The hakgediya is a type of conch shell (the shell of a large marine gastropod mollusk) which is used as a kind of trumpet in the traditional ritualistic music and religious folk art-music of Sri Lanka, which has been somewhat influenced by Indian music. The hakgediya is an aerophone, or Susira (wind instrument or aerophone in the language of Pali). This instrument was used mainly in Theravada Buddhist artistic rituals which also involved other categories of instruments such as Ghana, Avanaddha, and Tat (idiophones, membranophones and chordophones respectively).
The hakgediya is not used to perform melodic variation or to be the main instrument in the ritualistic pice. The variance found in the notes emitted by the hakgediya is in dynamic range (volume), as the player can choose to blow soft or loud, with a sharp or smooth attack, sustain, decay and release. In traditional Buddhist art music rituals, the main instruments are the drums pertaining to the Avanaddha category, the hakgediya is more of an accompaniment. This has to do with the Sri-Lankan belief that rhythm emanates from Brahma's teeth clashing.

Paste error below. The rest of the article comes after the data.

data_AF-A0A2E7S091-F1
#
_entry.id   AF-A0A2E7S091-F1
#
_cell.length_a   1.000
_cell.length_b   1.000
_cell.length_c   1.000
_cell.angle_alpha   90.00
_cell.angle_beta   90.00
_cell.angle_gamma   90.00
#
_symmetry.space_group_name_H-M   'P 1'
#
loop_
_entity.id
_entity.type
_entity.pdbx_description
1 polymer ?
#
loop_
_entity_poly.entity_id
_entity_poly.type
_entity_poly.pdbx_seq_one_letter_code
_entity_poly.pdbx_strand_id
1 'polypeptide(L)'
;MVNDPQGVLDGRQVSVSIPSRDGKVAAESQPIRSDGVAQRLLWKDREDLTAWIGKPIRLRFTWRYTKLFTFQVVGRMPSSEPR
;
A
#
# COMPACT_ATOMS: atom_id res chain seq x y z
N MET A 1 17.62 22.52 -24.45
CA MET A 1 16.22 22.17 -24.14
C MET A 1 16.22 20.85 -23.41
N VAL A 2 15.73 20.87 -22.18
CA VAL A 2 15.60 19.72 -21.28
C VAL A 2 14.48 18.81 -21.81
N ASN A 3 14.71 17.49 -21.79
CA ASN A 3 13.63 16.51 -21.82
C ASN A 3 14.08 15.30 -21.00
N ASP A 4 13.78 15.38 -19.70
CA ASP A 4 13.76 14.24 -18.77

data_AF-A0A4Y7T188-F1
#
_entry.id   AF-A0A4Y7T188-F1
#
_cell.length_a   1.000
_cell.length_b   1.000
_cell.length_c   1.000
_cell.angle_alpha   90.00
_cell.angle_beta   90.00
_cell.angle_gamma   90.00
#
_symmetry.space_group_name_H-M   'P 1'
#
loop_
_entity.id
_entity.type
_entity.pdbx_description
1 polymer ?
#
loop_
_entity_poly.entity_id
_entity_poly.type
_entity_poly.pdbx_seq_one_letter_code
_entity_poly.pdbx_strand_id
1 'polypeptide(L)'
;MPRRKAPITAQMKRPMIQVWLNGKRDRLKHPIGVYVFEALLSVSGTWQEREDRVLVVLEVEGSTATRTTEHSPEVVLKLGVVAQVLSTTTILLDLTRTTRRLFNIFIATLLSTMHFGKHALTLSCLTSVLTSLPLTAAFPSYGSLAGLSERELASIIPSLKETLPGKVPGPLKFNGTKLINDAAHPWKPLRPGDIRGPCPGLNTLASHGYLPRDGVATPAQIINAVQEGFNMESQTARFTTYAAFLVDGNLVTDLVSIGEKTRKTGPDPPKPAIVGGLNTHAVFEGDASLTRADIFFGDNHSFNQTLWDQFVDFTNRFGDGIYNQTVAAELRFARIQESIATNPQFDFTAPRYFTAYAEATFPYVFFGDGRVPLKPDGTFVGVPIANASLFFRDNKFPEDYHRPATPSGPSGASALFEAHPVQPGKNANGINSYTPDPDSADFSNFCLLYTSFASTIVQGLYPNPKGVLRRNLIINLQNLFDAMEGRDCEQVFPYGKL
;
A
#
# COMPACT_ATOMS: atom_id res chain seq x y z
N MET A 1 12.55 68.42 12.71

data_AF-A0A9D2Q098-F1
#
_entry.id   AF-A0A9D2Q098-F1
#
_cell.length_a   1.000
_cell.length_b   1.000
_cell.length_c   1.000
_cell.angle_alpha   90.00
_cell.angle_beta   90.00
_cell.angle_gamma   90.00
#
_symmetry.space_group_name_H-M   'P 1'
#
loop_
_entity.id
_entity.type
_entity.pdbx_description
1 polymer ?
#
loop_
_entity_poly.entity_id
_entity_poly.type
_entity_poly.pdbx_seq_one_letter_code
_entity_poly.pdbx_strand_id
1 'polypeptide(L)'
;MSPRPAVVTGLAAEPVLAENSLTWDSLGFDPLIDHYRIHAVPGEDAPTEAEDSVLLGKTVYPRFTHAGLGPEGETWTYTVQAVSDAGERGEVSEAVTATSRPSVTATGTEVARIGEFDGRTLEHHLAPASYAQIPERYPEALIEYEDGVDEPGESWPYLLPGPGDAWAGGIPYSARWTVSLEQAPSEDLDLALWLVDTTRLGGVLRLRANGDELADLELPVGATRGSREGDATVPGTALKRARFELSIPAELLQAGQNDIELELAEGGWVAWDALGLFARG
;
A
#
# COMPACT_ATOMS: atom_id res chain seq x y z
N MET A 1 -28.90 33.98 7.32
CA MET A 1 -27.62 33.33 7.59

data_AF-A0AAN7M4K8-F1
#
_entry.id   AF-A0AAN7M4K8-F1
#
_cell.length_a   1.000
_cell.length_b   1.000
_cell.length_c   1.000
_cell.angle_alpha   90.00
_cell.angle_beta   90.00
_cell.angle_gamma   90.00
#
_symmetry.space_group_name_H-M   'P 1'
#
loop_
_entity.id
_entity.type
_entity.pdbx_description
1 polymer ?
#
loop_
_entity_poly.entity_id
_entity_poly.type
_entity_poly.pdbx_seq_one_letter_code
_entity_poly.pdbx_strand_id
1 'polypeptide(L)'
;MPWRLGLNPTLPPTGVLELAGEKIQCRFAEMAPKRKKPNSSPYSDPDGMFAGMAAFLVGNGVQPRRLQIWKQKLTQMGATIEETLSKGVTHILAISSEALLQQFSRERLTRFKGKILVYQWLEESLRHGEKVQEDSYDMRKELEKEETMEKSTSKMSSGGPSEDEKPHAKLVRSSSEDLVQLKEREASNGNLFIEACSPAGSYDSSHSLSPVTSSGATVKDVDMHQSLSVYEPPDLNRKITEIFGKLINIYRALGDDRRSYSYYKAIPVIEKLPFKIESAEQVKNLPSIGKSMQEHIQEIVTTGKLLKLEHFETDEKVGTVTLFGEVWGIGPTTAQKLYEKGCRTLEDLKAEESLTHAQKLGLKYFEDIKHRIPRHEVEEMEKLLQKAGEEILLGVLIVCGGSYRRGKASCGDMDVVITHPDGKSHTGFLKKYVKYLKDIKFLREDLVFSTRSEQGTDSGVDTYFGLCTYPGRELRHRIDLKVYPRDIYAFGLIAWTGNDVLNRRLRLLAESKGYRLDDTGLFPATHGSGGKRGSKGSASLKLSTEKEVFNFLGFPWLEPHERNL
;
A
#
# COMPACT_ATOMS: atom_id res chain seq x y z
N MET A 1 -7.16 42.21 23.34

The hakgediya is used in the ritual in honor of the Triple Gem (Buddha, Dharma, Sangha), right after chanting the Astakas, Sahali, and Curnikas which ensures blessings to all Gods. After the blessings, the hakgediya is blown three times in three cycles, along with auspicious drumming.